Cerber, a new highly oppressive ransomware is now making the rounds online. And it is cutting a huge swath of destruction.
In 2016, the FBI estimated that ransomware victims shelled out roughly $1 Billion to free up their hostaged files. One of the most prominent was Locky malware. Not long ago, the online world was rocked by its malevolence. Locky encrypts data inside your C: Drive and then demands a ransom fee to the tune of about $300 or more. Refuse to pay and you might not get back your important files anymore. And if you logged in as a domain administrator, Locky will hold hostage more files. Needless to say, this malicious program was one serious threat and many started calling it the king of ransomware.
That was in 2016. Now, a new threat has emerged. It is considered to be meaner and it spreads like wildfire. Hailed as the current king of ransomware, Cerber’s reign is filled with threats and extortion.
What is Cerber?
In the first quarter of 2017 alone, Cerber is already responsible for about 90% of ransomware attacks on Windows users. In contrast, at this point in time, Locky was estimated to be responsible for just 2% of attacks.
Cerber is considered to be a RaaS type of malware – Ransomware as a Service. This contributes to its virulence and ability to fool people into letting it infect their computer systems. As a RaaS program, it can be activated by just about anyone, even if they are not that good with computers.
Even worse, Cerber is traded in the Dark Web, a part of the internet populated by malicious individuals and criminals. Hackers code their own versions of Cerber, and then sells the program to lawbreakers willing to pay the price. The buyers then use the program to victimize unsuspecting online users. They can set the payment deadlines and the amount they want to extort from their victims.
Once a victim pays up, the hacker who coded the malware gets a cut of the ransom fee. Overall, it’s quite a profitable business for unscrupulous individuals.
Why Do People Get Fooled by Cerber?
This ransomware is spread around via a phishing email, which is an email that looks like a legitimate one from a someone you trust. It will contain a link that looks so innocent, most people won’t think twice clicking on it. Most likely this link will lead to the popular cloud storage website, Dropbox.
However, that link is not part of Dropbox. If you click on it, the Cerber program will automatically download to your device, causing damage.
How Damaging Is It?
Once the Cerber ransomware is in your system, it will quickly encrypt files in your gadget. These could be your photos, work files, and other important documents. It will lock away .doc, .jpg, .avi, and other types of files. You will know that a file has been compromised when its extension shows a “.cerber“, “.cerber2“, “.cerber3“, or something similar. You might also see random file extensions, such as “.a37b“, “.ba99“, “.a563“, etc.
You will then be shown a threatening message detailing the ransom fee you need to pay and when to pay it. The usual time frame given is seven days.
Earlier versions of the program will change your desktop wallpaper to a gray background, containing the text, “Your documents, photos, databases, and other important files have been encrypted…If you understand all importance of the situation then we propose to you to go directly to your personal page where you will receive the complete instructions and guarantees to restore your files.” You will then be given the link to your “personal page”.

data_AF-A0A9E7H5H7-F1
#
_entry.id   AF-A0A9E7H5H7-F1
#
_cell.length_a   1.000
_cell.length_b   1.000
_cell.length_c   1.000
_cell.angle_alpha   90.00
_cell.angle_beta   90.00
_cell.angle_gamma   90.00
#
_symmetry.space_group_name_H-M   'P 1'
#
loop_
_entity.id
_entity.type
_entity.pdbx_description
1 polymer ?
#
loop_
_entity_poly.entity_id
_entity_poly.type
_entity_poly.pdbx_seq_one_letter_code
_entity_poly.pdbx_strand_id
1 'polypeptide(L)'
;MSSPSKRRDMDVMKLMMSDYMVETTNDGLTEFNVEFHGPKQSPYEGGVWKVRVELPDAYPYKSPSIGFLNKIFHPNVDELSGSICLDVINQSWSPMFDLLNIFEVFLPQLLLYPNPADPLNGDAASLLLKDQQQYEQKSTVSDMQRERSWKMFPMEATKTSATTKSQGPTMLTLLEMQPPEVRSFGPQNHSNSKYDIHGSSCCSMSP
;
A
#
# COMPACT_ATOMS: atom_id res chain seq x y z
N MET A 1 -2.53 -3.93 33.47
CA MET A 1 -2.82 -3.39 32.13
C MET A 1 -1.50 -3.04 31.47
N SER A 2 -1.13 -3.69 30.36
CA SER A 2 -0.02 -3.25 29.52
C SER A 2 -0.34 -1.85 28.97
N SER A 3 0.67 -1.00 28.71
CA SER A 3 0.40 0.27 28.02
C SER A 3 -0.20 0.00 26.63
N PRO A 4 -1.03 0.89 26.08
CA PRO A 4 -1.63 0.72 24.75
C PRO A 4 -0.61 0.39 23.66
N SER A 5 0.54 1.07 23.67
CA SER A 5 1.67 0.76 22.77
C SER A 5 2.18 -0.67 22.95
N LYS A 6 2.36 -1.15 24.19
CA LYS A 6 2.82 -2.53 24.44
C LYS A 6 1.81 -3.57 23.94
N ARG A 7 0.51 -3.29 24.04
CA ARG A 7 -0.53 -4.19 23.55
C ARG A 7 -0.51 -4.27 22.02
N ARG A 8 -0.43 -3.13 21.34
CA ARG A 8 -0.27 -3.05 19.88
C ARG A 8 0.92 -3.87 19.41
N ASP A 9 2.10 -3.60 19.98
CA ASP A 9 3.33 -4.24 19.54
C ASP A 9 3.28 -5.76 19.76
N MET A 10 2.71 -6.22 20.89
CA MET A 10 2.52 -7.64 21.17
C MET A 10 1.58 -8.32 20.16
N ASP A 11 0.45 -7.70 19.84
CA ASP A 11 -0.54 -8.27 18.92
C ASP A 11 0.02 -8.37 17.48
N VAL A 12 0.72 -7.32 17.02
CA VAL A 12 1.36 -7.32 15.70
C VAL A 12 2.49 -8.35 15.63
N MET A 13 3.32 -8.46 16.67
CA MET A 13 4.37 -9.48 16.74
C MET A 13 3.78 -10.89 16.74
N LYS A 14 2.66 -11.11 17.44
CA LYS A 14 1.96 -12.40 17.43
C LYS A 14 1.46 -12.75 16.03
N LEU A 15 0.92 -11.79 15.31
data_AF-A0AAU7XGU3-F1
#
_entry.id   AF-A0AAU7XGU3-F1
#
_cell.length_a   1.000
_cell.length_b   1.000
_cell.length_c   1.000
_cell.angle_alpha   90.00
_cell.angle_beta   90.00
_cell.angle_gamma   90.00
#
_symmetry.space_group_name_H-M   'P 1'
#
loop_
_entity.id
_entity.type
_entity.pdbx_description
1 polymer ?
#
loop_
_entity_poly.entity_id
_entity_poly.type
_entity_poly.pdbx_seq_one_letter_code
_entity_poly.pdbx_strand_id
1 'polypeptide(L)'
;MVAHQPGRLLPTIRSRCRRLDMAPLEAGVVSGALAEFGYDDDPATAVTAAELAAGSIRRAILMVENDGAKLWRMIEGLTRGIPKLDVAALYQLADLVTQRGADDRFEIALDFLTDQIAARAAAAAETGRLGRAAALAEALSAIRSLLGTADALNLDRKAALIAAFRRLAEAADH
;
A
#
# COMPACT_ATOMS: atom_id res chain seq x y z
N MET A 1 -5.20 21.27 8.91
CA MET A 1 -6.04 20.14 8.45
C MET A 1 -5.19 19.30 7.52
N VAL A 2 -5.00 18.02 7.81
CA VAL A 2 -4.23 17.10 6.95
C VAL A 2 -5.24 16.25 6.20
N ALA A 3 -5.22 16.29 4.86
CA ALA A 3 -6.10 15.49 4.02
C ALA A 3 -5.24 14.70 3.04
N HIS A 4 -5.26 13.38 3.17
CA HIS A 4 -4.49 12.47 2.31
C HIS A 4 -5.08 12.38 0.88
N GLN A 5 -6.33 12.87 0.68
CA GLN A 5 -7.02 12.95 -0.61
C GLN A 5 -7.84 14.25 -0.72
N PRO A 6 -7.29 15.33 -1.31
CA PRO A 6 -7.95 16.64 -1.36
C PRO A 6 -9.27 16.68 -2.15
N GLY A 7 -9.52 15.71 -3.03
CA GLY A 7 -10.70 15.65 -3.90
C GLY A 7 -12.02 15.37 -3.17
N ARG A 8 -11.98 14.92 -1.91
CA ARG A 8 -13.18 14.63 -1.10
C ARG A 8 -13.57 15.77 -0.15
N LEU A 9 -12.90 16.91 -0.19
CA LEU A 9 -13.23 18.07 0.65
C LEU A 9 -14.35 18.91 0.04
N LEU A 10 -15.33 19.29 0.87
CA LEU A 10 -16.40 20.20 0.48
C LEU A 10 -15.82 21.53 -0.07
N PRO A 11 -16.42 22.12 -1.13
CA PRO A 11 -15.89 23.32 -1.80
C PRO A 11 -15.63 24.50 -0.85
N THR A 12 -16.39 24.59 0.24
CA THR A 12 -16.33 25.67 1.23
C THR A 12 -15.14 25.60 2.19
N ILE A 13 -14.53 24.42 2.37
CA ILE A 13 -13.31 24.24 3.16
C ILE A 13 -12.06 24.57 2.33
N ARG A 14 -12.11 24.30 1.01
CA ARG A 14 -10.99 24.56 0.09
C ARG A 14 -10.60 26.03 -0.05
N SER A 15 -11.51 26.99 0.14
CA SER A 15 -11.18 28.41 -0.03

Newer versions now highlight that text in red for a more alarming effect. You might also see a box at the bottom notifying you that Cerber Ransomware has infiltrated your device.
The ransom fee required are varied. Some programs will demand bitcoins worth $400, $500, or more. Victims are often further threatened that if they do not pay up, the fee will double after seven days. If you refuse to budge, your files could disappear forever.
The cruelty does not stop there. Some Cerber versions actually delete your files the moment they infect your computer. They will still threaten you to pay up. If you do, you will only know too late that your files have disappeared. The hackers will get your money and you still end up with a wiped out system.
How to Prevent Being Infected by a Ransomware?
Be it Cerber or any other ransomware, prevention is better than cure. Better avoid being infected at all rather than suffering through the pain brought on by the malware. Best not to lose money as well.
So, how do you protect your computer from ransomware? These steps are essential:
- Do not open suspicious emails. Make use of email defenders as well, such as anti-virus extensions.
- Be wary of links in emails, even those from senders you know. Best to scan them using an anti-virus software first. They could be malware programs masquerading as innocent URLs.
- Use a strong anti-virus software for your whole system.
- Back up your important files. In the event that they do get encrypted and held hostage, you can simply ignore the threat for you have the backup.
- The authorities also advise that you don’t pay up when threatened by a ransomware.
- If you know the sender of the phishing email, you might want to contact them and inform them that their accounts have been compromised.
What to Do When Affected by Ransomware?
If you weren’t able to avoid Cerber (or other ransomware), one of the best things to do is to resort to your backups. You can also make use of decryptor tools provided by reliable sources.
Another option is to contact tech support professionals for assistance. They can take a look at your device and can execute the right solutions.
All in all, there is no guarantee that you will recover your files from Cerber or any ransomware. Be vigilant always and make sure to implement necessary safety precautions when using your email and the internet.